White House denies Trump N.Korea quote

WEB_PHOTO_TRUMP_KIM_JONG_UN_021017

Trump said on October 1, 2017, negotiating with North Korea over its nuclear program would be a waste of time, after it emerged that Washington had channels of contact with Pyongyang.

Trump said on October 1, 2017, negotiating with North Korea over its nuclear program would be a waste of time, after it emerged that Washington had channels of contact with Pyongyang.

WEB_PHOTO_TRUMP_KIM_JONG_UN_021017

Trump said on October 1, 2017, negotiating with North Korea over its nuclear program would be a waste of time, after it emerged that Washington had channels of contact with Pyongyang.

Trump said on October 1, 2017, negotiating with North Korea over its nuclear program would be a waste of time, after it emerged that Washington had channels of contact with Pyongyang.

WASHINGTON - The White House on Saturday denied and corrected a quote attributed to President Donald Trump that suggested he had a good relationship with North Korean leader Kim Jong-Un.

"I probably have a very good relationship with Kim Jong-Un," Trump was quoted as telling The Wall Street Journal in an interview on Thursday.

But Press Secretary Sarah Sanders insisted that Trump said "I&39;d," not "I" as the newspaper reported.

Both The Wall Street Journal and the White House posted audio recordings of Trump&39;s remarks on Twitter. These, while not completely clear, appeared to support Sanders&39; account.

Sanders had earlier tweeted a written message disputing the newspaper&39;s article.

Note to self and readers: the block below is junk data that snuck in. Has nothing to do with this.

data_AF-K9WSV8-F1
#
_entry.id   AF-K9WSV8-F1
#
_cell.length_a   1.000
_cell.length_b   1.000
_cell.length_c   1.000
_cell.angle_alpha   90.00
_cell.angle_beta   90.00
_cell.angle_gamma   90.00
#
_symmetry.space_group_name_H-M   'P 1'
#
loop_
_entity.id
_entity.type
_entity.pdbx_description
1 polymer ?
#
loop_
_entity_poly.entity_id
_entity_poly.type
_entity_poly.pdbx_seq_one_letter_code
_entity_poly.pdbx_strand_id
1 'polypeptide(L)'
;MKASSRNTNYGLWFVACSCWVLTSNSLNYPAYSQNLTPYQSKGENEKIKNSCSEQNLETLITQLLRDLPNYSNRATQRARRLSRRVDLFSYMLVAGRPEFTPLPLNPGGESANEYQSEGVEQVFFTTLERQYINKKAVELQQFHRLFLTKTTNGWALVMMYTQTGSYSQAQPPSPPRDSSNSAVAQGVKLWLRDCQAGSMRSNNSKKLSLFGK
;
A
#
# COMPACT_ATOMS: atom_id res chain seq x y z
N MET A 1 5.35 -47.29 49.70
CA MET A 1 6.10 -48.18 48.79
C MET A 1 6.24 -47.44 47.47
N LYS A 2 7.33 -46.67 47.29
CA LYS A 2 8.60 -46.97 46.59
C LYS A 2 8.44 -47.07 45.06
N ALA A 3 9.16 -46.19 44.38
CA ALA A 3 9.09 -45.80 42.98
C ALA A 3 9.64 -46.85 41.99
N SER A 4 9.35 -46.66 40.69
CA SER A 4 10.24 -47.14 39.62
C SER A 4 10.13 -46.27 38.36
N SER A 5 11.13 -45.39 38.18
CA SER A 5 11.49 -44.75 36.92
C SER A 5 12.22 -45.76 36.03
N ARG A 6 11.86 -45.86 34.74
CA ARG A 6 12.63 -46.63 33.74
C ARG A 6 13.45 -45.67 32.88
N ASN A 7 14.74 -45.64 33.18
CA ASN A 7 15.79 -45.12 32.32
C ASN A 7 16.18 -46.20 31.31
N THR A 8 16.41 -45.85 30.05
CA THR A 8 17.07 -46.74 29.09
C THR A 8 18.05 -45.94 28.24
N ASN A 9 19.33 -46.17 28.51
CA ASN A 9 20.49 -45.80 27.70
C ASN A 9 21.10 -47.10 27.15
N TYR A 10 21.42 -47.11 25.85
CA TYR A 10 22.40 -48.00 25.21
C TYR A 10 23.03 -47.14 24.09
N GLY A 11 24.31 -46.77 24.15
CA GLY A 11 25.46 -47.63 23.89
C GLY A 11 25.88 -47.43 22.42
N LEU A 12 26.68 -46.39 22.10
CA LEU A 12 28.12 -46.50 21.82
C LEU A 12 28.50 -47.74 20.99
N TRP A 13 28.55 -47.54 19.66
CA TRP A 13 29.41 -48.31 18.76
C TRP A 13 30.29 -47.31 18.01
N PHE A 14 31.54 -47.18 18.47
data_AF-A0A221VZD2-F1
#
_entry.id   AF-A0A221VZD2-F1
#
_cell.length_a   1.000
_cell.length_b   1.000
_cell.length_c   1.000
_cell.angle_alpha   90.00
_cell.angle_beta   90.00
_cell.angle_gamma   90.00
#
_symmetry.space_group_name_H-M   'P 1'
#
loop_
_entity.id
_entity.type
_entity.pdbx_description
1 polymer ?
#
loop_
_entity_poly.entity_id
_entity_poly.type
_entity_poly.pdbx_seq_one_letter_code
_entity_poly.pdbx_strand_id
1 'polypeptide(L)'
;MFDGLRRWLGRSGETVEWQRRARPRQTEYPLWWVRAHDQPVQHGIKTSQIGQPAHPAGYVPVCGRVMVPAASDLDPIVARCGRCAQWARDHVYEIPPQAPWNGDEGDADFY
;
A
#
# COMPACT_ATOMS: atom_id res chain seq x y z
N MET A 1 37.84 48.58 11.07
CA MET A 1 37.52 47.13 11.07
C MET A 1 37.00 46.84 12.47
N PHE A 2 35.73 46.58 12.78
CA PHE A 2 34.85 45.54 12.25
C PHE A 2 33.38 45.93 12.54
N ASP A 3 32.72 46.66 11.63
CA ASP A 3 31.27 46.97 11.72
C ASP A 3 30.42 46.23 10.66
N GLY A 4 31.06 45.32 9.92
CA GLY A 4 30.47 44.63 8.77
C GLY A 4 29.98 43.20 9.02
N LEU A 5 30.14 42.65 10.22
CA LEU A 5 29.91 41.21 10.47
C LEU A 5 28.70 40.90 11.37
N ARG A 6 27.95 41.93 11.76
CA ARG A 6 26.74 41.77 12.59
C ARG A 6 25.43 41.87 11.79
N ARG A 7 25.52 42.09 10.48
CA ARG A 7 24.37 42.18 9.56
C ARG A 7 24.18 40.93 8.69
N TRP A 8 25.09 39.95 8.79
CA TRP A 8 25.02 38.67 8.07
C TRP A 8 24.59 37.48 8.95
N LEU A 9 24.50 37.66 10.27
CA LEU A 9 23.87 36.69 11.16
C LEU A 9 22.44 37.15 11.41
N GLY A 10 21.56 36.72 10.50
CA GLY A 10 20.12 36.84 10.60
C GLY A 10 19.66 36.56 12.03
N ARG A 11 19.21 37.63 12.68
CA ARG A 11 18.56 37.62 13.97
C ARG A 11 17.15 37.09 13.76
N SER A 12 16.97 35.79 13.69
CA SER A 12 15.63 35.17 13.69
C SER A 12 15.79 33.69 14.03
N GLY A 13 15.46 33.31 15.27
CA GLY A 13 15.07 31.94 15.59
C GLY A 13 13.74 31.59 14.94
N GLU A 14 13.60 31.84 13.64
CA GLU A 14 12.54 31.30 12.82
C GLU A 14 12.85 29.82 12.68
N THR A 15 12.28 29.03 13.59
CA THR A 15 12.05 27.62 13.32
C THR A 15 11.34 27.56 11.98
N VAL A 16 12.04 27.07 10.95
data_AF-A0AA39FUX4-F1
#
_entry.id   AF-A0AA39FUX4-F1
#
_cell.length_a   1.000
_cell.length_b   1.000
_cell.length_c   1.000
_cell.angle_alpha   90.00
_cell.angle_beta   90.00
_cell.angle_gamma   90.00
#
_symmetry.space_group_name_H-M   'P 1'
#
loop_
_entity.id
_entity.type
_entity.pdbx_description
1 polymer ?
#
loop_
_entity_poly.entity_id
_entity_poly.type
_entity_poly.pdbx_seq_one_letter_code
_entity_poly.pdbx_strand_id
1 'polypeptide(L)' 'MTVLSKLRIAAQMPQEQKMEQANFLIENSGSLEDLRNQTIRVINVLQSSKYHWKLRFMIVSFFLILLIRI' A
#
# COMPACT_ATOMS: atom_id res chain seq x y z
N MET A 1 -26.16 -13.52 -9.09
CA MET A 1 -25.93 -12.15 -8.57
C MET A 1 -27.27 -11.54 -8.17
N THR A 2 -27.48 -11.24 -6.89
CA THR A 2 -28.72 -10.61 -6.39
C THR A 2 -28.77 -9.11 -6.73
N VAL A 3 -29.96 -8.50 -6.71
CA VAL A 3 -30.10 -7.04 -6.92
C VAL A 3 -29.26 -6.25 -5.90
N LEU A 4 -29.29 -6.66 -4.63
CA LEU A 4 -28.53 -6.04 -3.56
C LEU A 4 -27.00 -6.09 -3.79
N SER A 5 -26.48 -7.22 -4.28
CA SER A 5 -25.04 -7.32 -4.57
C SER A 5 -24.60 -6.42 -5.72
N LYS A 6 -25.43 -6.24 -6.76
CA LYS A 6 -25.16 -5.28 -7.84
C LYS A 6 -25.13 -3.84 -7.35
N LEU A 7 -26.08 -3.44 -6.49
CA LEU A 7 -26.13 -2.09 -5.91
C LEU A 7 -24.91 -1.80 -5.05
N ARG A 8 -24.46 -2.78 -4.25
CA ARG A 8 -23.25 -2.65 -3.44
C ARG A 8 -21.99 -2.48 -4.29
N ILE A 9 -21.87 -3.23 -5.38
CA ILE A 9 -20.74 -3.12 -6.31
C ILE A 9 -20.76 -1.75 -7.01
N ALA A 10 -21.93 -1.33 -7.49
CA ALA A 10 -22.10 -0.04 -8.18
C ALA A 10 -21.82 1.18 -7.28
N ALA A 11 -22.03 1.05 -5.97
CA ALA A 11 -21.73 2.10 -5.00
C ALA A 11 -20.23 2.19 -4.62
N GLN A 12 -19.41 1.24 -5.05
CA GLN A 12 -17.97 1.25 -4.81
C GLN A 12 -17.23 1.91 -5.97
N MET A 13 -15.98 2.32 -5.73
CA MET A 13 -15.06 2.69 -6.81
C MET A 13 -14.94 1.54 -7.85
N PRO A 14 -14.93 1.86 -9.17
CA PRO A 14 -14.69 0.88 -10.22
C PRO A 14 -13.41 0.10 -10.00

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"President Trump said, I&39;D probably have a very good relationship with Kim Jong Un of North Korea. I&39;D -- I&39;D -- I&39;D. NOT I!" the message read, with "I&39;D" in red ink, under a red banner reading "FAKE NEWS."

Mockingly mimicking the newspaper&39;s front page, it then reads "THE WALL STREET JOURNAL -- FAKE NEWS IS AT IT AGAIN! -- FALSELY QUOTING PRESIDENT TRUMP."

Washington and Pyongyang are in a standoff over North Korea&39;s missile and nuclear programs, which could be used to target the United States and its allies.

Trump has repeatedly insulted the North Korean leader, describing him as mad and a "rocket man."

Asked if by The Wall Street Journal if he had spoken to Kim, Trump said: "I don&39;t want to comment on it. I&39;m not saying I have or haven&39;t. I just don&39;t want to comment."

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Trump suggested his variable position on individuals was part of a broader strategy.

But it was not clear how his remarks fitted with his self-described policy of "maximum pressure" on Pyongyang.

In the coming week, the United States and Canada are to host a meeting in Vancouver on the nuclear standoff with North Korea, bringing together friendly powers from around the world.